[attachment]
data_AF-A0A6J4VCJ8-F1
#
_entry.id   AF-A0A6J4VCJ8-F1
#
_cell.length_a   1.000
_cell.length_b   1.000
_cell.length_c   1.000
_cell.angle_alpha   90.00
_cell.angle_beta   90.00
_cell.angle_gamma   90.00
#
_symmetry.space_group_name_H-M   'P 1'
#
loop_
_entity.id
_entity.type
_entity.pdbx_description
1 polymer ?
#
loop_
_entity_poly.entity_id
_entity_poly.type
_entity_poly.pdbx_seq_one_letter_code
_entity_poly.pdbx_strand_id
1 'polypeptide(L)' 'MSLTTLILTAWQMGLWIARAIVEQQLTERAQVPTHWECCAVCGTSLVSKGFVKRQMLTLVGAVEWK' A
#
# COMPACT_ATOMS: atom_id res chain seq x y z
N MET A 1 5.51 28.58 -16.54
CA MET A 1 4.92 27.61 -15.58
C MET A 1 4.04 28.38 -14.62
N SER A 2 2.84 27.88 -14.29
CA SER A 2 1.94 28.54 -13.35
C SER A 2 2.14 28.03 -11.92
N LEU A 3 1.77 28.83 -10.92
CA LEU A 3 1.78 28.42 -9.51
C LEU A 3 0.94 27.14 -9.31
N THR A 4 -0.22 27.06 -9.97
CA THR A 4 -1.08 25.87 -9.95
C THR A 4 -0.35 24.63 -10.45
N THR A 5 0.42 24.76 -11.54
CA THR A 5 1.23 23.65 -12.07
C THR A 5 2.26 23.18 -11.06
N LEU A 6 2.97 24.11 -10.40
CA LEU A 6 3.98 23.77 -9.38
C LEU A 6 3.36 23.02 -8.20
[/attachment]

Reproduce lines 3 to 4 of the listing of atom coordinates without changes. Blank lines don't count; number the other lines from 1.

_entry.id   AF-A0A6J4VCJ8-F1
#